I am going to be a father. In fact, by the time you are reading this, I will already be a father. As the wife and I enter the final stretch of our pregnancy, it’s plain to see that becoming first time parents truly is a marathon, and in the grand scheme of things, we’re barely lacing up the running shoes.
The Big Reveal
The first time I saw my future child was January 16, 2015, an approximately nine week old fetus. It lightly fluttered and resembled one of those little key chain gnomes I used to play with as a kid. The last thing it looked like was human. There was a part of me that questioned whether this thing was mine or if the wife had had an extra-terrestrial marital affair. We left the first ultrasound feeling more lost than ever. Those damn Target pregnancy tests were right. We were going to be parents. Four months post-wedding, this wasn’t planned, this wasn’t in the cards. I just wasn’t ready. This thing growing inside of the wife was early! And for the first time, I felt resentment, I felt anger … I felt fear.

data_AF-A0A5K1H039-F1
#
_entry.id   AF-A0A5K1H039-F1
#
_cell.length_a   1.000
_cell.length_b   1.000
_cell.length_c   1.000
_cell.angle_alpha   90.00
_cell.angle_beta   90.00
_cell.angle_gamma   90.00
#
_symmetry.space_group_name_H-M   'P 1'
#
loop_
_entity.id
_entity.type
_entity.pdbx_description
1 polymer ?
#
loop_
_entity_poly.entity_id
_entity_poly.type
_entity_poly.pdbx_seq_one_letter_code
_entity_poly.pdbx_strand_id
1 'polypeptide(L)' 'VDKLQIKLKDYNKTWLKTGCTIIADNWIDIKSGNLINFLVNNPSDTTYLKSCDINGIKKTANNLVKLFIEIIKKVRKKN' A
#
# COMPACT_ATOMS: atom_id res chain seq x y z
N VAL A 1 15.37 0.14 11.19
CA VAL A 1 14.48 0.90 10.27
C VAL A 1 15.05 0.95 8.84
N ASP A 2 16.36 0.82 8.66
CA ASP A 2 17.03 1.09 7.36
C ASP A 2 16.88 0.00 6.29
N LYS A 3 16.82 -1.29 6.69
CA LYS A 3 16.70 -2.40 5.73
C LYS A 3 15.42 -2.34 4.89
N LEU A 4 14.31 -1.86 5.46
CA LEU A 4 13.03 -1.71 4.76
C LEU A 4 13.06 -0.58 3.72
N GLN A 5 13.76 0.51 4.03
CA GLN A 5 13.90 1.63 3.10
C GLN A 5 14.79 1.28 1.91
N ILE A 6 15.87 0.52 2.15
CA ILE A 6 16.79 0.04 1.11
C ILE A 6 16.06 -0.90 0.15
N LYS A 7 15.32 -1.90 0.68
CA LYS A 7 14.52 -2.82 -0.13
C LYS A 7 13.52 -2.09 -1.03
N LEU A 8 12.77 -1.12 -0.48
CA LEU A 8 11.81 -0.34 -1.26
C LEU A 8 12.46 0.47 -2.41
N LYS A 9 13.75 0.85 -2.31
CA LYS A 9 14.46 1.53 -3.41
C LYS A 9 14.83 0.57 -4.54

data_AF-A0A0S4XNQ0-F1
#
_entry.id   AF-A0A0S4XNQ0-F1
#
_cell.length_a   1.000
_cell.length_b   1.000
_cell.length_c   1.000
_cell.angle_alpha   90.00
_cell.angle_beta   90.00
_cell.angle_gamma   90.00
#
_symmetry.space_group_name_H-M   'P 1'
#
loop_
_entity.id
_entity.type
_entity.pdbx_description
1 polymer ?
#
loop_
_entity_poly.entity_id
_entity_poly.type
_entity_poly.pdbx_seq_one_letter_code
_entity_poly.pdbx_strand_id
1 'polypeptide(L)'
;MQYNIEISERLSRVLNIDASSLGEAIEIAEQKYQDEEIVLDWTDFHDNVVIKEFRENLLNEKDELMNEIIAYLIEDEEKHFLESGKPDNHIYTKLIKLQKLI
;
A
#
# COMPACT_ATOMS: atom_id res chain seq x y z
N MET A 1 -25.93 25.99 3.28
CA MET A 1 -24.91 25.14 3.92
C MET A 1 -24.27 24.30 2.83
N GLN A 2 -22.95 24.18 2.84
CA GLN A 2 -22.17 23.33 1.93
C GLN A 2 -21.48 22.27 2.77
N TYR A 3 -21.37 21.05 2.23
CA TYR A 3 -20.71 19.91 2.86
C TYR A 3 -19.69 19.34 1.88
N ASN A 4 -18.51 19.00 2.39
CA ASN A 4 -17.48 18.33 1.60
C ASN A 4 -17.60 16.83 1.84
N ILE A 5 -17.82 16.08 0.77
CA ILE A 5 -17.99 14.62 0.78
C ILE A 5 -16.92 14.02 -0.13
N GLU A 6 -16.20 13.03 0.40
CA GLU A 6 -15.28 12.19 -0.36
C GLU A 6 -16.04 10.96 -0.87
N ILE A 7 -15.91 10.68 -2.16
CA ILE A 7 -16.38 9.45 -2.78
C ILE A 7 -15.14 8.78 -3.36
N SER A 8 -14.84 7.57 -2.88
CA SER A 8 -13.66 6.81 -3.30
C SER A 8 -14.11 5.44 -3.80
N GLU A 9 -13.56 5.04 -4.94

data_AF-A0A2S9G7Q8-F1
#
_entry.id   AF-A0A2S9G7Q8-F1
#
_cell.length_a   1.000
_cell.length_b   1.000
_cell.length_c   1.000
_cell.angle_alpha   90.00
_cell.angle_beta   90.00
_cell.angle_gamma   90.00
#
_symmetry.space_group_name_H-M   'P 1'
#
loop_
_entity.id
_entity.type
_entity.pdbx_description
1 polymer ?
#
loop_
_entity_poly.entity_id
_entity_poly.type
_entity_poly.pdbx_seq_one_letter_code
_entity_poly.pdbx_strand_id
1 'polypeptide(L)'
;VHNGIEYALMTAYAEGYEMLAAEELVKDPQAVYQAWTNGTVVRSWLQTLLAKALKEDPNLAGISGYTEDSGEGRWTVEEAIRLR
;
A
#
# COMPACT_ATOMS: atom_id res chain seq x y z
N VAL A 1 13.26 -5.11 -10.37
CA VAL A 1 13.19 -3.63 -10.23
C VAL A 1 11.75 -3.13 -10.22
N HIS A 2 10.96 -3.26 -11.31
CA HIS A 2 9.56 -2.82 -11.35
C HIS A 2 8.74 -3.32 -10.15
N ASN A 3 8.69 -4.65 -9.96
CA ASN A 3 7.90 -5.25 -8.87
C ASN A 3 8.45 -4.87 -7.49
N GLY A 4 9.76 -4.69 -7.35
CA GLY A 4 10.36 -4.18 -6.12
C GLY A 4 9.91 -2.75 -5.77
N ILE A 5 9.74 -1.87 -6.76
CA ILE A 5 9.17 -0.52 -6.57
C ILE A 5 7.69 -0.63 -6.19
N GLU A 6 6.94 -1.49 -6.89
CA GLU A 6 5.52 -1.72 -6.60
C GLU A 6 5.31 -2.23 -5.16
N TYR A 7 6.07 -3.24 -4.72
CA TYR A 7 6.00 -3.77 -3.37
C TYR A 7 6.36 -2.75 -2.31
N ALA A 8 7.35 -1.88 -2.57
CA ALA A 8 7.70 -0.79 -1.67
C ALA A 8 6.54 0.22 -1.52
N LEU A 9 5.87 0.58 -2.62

The Big Ankles
Eight months later, the belly is full and the once alien-like thing fluttering at nine weeks now much more closely resembles a human. I now know the wife didn’t have a fling with E.T. I’ve built the IKEA furniture along with the Amazon crib. I’ve taken the Lamaze classes and read (more like skimmed) the baby books the wife has given me to read. I have tried to massage the fluid building up in the wife’s growing ankles. I have had to learn words like latching, Braxton-hicks, and mucus plug. I have gained weight right along with the wife. I too, sans the actual physical carrying of the fetus, am pregnant. I have cried more, laughed more and eaten way more pickles. I have said some pretty idiotic nonsensical things that I have quickly blamed on “pregnant brain.” And now after all the small little wins … from completing an IKEA dresser with no extra bolts to successfully going on the hospital tour and accidently hitting the emergency button causing alarms and nurses to quickly chime in with frantic “may I assist you’s,” I think I’m ready. I think I’m good. I’m going to be a dad. I’m going to be a good dad. I’m going to have a son. And I’m going to love him. I will never though … ever … wear dad jeans (sorry Wrangler).